The combination of these pills and contact lenses will disrupt the balance in your tear film giving rise to symptoms such as gritty eyes, burning sensation or excessive tearing. If you are on the pill, avoid using contact lenses.

7. You May have Slow Corneal Reflex

The corneal reflex is a protective mechanism used by your eyes where the brain signals your eyes to shut whenever it senses a potential danger. For instance, if something comes flying towards your eyes, they will shut on their own.

But, taking your hands close to your eyes to put on contacts every day teaches your body to ignore this reflex. This will prove to be dangerous when a real one is approaching and your eyes aren’t able to react.

8. Corneal Abrasion

Since you have contact lenses on every waking moment, they might scratch the surface of your cornea. This problem becomes more common if your contacts don’t fit or your eyes are dry.

The moist surface of these lenses traps dirt and dust particles. These particles will rub against your cornea and may even cause vision-threatening eye infections.

If you have developed this problem, it is time to give your eyes a break. Try prescription glasses and enjoy a painless way to vision correction. We hate to keep you waiting. This is why we offer 24 hours delivery on glasses all across the UK.

Is Wearing Contact Lenses Safe?


It is both safe and not safe. If you don’t overdo it and wear them for short spans of time, then they are a great accessory. But, if you act carelessly and sleep in your contacts or not take them off when you should, you will have to pay the price.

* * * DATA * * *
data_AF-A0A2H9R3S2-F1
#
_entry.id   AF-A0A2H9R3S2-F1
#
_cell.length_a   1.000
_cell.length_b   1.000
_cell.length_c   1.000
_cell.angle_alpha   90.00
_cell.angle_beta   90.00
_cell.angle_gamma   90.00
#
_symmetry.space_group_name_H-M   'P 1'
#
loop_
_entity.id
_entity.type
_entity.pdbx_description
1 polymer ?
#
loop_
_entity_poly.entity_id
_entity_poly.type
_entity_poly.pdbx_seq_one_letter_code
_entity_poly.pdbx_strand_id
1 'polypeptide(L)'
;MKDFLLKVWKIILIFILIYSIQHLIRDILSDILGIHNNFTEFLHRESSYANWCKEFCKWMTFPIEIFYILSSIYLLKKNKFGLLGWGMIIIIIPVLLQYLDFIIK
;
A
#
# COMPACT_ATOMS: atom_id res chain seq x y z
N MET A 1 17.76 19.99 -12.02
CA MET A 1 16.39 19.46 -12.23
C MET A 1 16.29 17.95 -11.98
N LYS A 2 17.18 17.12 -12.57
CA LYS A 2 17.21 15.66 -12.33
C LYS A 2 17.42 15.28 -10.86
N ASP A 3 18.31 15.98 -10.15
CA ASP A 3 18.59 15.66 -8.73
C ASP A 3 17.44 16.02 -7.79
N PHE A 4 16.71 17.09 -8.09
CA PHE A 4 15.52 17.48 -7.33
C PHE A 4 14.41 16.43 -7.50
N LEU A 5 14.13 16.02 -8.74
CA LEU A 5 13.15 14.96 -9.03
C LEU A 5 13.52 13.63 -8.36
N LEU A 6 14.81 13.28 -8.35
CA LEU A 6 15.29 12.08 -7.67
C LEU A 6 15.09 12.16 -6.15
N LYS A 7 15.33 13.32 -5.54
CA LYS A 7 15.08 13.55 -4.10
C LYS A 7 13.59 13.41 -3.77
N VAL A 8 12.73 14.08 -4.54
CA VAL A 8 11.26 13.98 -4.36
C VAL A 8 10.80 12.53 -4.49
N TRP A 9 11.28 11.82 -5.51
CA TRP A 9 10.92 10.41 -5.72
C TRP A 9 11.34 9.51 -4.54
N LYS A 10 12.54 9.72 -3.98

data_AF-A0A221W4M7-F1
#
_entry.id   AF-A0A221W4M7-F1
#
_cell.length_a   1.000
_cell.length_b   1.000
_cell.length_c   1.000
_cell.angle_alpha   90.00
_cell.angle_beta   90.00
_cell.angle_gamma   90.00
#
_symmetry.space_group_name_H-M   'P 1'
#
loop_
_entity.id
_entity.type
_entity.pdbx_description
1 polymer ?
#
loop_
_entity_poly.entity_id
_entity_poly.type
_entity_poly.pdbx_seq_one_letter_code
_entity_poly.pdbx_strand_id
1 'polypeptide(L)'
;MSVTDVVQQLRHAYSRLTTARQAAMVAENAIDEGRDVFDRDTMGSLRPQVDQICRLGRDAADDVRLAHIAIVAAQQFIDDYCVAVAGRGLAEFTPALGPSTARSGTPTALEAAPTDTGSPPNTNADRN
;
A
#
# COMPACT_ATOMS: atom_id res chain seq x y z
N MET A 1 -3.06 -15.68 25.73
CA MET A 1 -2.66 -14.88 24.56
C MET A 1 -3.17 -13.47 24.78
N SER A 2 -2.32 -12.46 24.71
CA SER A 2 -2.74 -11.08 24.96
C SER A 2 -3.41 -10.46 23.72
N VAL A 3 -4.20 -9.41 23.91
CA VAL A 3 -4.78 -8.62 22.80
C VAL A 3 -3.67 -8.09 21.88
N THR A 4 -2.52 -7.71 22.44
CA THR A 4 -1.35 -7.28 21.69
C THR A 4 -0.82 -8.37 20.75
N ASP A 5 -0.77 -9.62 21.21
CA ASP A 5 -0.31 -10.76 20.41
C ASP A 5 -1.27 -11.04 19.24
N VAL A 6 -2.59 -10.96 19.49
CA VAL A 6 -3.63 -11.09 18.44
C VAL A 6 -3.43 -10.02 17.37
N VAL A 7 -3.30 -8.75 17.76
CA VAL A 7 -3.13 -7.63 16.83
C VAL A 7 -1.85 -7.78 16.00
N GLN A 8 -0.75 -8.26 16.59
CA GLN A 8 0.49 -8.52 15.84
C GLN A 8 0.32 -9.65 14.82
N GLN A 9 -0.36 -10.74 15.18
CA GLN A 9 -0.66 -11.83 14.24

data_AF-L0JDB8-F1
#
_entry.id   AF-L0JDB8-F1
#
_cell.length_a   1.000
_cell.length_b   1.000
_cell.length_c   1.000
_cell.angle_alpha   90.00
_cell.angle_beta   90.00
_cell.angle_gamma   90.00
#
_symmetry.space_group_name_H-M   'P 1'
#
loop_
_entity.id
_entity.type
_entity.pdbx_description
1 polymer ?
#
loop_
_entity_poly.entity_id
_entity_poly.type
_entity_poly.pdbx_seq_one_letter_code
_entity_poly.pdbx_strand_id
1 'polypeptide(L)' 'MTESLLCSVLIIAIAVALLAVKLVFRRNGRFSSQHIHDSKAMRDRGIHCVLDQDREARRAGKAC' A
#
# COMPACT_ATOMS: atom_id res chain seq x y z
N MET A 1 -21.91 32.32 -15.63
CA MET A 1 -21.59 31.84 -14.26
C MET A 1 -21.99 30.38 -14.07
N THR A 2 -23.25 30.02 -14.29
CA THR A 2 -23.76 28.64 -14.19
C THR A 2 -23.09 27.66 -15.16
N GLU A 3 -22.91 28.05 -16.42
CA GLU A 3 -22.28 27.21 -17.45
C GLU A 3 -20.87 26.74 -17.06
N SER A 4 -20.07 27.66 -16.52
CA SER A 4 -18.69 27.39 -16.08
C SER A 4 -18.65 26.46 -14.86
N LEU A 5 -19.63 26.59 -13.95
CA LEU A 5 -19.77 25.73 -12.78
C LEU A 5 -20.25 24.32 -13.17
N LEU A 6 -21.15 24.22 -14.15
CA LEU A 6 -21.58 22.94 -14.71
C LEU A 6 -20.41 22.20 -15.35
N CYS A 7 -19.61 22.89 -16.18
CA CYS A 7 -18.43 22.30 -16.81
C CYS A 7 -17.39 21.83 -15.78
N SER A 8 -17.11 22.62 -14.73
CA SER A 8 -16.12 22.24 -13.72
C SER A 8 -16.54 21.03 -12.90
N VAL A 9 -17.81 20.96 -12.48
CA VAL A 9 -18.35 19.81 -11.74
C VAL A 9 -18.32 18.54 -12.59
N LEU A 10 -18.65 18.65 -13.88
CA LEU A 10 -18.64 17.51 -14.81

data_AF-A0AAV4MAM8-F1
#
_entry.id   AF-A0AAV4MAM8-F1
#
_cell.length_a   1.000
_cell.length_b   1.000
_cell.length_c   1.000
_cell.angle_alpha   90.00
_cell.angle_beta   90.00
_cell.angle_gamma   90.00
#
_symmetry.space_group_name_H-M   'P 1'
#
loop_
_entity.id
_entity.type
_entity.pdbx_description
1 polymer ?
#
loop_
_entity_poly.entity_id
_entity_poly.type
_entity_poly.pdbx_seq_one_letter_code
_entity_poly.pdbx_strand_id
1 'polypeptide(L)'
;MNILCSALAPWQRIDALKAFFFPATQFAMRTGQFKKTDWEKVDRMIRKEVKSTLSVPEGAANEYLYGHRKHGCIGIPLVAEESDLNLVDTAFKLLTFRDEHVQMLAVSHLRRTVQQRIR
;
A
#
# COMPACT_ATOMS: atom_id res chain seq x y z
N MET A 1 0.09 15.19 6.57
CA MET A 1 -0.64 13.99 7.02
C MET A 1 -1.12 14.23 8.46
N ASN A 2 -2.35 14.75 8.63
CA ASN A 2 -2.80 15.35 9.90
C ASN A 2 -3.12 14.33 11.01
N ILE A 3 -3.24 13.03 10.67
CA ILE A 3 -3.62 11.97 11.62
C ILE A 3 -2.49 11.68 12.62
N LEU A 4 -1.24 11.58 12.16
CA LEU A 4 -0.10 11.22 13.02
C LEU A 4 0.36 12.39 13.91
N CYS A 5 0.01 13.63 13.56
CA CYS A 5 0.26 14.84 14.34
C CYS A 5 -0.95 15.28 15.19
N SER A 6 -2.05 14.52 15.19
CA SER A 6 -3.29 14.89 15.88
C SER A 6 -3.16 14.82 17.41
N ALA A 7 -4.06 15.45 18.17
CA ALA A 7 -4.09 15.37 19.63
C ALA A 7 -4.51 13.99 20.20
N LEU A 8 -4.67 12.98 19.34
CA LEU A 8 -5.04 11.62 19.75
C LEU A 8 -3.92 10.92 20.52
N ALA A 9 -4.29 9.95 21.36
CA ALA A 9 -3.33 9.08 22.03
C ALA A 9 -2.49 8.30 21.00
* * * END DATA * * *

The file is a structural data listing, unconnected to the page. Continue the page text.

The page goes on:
If you wear contacts, make sure you schedule regular appointments with your eye doctor. And if they ask you to take a break, do it. The health of your eyes should be the most important thing for you.

If you think you’ll lose out on style or fashion by giving up contacts, you are wrong. Glasses are not only the more comfortable alternative to contacts but they are more fashionable as well.

Where contact lenses only change the colour of your eyes, glasses can help you try different looks. And there are so many styles to add different shades to your personality.

Contacts may seem like a more economical option in the short run, but the benefits and durability of glasses outperform the contacts. You can use the same pair of eyeglasses for 3-4 years or more if you take care of them. And if the frame becomes obsolete or damaged, you can reglaze glasses and save the cost.


1. Who should not wear contact lenses?

Ans: For some people, wearing contact lenses might be a good alternative to wearing glasses with a prescription. However, not everyone can wear them without discomfort as it can be painful and not suitable if you have eye problems like dry eye disease or blepharitis, severe refractive errors, allergies, or contact lens intolerance.

2. What is Contact Lens Intolerance?

Ans: When the eye can no longer accept the foreign body (contact lens) that has been in place and starts to exhibit signs of rejection, this condition is referred to as contact lens intolerance.

3. How many hours a day can contacts be worn without risk?

Ans: For 14 to 16 hours a day, most people can use contact lenses safely and comfortably. In order to give your eyes a chance to breathe without lenses in, it is usually advisable to take them out as soon as possible before going to bed at night.